No question the pandemic has been hard on all of us, but pets are also part of the family, too.
With food insecurity in the state sky high, we can’t forget our animals’ needs.
Local welfare experts stress if owners are struggling, there is help out there.
Staff at the Dan Cosgrove Animal Shelter in Branford has seen the toll this pandemic has taken on pet owners.
“We had so many people reach out and they said to lose their job was hard enough, but then to think about losing their furry family member was something that was unbearable to them,” said shelter director Laura Burban.
So along with providing pet food, litter and supplies to folks struggling, they wanted to help with care, too.
“We reached out to the John T. and Jane A. Weiderhold Foundation and they supplied us with a $10,000 COVID grant and that grant helped people keep animals in their homes that were going through medical issues,” said Burban.
Like Jamie Hatchett dog’s Kingsley who got hurt, “the next thing I saw was this dog come out of nowhere and wiped him out. Bit his left leg on the back.”
Out of work, the grant money helped the East Haven resident and 35 other families with medical care during these difficult times.
“I would not have been able to afford, I know the costs, the costs would have been at least 2 to $3,000.”
The shelter works with Madison Veterinary Hospital who sees these pets at a reduced rate.
“I drove up to Madison, he had a dislocated leg. Sorry,” said Hatchett emotionally wiping away thankful tears. “They gave him the treatment.”
“Most of these families would sacrifice what they could to take care of their pets, but at this point, there’s no give anywhere,” said Madison Veterinary Hospital manager and certified vet technician Michelle Staffa.
When that grant money was used up in just a couple of months, a local business that doesn’t want to be named matched that donation allowing the shelter to serve even more people and their pets.
Another place in our state where help’s available for pets: The Connecticut Humane Society.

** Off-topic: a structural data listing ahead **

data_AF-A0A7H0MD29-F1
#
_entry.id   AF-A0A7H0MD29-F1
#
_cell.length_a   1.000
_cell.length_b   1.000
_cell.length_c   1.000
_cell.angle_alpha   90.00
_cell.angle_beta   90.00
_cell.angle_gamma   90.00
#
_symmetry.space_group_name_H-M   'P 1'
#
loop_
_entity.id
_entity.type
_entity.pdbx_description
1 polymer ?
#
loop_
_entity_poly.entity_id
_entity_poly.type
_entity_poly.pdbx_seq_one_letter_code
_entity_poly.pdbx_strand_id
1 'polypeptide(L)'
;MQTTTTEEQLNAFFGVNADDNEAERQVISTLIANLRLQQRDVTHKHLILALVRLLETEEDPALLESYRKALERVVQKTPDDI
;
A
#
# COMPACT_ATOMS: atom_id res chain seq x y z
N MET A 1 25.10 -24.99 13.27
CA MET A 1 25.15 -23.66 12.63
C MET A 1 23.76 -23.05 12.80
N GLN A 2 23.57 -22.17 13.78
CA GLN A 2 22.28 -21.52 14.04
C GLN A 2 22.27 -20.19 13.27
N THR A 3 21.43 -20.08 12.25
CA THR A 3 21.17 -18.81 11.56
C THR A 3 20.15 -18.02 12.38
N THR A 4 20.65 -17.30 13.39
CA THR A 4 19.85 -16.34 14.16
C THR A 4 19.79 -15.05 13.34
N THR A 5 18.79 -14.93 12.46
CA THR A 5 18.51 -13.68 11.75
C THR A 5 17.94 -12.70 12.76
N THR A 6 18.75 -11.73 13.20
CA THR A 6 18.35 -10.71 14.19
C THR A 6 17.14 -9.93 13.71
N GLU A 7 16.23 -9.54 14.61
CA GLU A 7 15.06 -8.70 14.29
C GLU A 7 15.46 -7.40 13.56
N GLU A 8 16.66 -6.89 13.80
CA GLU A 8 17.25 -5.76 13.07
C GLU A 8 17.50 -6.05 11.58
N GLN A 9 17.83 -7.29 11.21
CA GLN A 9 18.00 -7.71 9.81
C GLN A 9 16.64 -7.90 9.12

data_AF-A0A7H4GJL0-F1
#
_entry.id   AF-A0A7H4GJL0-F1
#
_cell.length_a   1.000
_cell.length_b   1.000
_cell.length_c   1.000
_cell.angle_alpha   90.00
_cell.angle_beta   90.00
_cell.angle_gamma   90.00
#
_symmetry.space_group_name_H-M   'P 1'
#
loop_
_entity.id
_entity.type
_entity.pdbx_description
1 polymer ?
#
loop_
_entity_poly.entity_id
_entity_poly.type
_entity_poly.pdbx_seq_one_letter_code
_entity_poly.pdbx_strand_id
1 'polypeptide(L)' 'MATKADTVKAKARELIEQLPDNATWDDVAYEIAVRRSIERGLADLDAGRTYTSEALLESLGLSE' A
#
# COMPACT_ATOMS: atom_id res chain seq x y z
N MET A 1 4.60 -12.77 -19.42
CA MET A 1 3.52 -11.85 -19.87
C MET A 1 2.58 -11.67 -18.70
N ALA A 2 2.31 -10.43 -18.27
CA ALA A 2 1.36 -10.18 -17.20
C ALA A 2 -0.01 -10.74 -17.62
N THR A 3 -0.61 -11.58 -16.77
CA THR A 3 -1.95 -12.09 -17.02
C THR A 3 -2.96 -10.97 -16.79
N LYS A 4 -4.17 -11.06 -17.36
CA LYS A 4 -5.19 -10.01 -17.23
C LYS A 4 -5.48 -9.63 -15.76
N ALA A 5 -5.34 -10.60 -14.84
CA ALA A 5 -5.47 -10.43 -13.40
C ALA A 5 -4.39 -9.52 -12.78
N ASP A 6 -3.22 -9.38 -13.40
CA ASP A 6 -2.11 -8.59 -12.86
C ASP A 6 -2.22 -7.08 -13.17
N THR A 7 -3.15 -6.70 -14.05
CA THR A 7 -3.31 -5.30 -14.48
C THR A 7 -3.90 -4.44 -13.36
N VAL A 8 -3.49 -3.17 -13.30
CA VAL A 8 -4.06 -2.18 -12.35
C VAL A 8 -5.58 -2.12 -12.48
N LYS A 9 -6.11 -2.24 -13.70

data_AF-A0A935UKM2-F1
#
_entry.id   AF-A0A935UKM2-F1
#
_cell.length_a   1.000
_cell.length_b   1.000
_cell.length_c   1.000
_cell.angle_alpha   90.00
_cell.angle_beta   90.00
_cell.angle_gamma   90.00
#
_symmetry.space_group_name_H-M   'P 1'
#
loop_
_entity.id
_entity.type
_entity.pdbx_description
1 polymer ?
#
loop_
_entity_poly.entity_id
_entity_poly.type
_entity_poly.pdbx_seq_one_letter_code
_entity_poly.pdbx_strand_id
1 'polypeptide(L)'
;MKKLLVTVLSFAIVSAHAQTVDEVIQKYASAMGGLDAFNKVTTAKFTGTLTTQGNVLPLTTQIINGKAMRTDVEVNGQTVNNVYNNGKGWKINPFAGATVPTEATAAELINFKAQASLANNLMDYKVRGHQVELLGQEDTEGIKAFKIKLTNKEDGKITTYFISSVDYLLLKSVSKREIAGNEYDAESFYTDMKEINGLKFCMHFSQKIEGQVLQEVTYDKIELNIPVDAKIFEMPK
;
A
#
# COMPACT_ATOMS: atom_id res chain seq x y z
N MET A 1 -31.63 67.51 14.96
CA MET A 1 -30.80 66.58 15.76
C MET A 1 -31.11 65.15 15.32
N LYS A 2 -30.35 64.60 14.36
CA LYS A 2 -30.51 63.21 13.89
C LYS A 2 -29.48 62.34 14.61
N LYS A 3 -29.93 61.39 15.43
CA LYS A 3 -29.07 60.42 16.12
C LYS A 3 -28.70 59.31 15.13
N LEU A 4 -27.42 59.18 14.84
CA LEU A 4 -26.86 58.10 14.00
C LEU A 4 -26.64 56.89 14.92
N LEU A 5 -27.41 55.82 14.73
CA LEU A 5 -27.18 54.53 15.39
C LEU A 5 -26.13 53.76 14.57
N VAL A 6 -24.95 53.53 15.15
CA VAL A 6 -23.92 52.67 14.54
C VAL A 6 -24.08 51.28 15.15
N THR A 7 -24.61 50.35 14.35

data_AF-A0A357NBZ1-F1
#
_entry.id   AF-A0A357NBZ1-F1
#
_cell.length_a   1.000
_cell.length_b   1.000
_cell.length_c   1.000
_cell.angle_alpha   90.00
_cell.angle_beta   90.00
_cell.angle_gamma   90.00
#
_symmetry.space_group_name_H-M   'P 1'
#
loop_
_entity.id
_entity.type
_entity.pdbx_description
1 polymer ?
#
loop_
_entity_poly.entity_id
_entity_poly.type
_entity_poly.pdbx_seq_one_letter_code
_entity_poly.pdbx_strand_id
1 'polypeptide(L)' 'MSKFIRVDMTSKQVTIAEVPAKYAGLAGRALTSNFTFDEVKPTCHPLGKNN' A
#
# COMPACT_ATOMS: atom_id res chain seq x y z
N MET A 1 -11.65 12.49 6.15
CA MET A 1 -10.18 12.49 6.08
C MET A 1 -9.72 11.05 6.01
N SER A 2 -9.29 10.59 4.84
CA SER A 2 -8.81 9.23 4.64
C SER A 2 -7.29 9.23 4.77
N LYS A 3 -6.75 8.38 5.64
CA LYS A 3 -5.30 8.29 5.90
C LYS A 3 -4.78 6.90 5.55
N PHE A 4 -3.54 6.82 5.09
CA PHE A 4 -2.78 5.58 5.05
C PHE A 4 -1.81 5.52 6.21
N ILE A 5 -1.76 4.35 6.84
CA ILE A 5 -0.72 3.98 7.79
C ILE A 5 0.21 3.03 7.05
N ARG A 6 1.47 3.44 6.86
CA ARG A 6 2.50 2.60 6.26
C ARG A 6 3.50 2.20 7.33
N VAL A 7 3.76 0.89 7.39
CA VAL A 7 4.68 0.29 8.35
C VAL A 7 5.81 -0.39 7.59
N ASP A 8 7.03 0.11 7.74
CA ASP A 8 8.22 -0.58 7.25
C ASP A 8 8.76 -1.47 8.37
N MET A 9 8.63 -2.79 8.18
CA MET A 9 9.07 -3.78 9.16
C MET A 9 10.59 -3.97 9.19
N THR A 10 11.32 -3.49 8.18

They have three pet food pantry locations throughout our state, low-fee medical services, and they’re partnering with social service organizations, too.
“Everybody seems to be sensitive on both the human side and the animal side to try and keep the bond between pet owners and our pets in a time where we need them more than ever,” said executive director James Bias.
Animal experts we spoke to say there’s no shame in asking for help.
Times are tough.
While Hatchett couldn’t foot the hefty bill, he’s paying it forward by helping a pal adopt a cat from the Branford shelter as a thank you.
“COVID’s not going away anytime soon, so the fact that they saved my dog’s life and redid his leg and redid his knee, and for anybody else they’ve helped out there, it’s essential,” said Hatchett.
“We just want to make sure if people need help that they’re reaching out and they’re not embarrassed because everyone’s going through stuff right now,” said Burban.
For those who could use the extra assistance, you can contact the Dan Cosgrove Animal Shelter by phone at 203-315-4125 or through Facebook.
They’re also happy to take financial donations too, as is the Connecticut Humane Society.
The humane society has a form to fill out for access to their pet food pantries at all three of their locations in Newington, Waterford and Westport.
Their reduced-fee Fox Memorial Clinic is located at their Newington space.
CHS is also working with social services agencies to help people who have housing issues due to having a pet.
Plus, they remind NBC Connecticut that many human food banks also help with pets.